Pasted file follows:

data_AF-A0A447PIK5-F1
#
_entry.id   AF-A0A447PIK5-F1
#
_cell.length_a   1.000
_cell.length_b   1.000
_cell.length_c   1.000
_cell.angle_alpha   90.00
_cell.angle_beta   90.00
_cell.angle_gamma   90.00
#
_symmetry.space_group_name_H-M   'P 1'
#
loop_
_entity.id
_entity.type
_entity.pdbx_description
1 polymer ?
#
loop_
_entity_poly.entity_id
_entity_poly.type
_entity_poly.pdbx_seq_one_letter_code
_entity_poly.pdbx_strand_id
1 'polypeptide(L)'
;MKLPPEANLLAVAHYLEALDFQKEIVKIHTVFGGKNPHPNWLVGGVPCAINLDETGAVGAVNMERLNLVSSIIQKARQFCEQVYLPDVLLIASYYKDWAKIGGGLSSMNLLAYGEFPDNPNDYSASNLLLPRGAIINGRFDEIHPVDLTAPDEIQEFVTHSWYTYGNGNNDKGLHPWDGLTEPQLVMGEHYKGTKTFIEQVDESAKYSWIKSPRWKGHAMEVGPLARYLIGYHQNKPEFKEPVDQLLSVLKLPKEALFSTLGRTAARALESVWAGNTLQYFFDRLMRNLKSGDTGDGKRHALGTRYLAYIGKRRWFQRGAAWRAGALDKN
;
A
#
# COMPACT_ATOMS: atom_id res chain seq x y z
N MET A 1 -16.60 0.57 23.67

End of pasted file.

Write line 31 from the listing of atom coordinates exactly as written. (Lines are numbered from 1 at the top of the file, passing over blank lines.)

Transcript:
N MET A 1 -16.60 0.57 23.67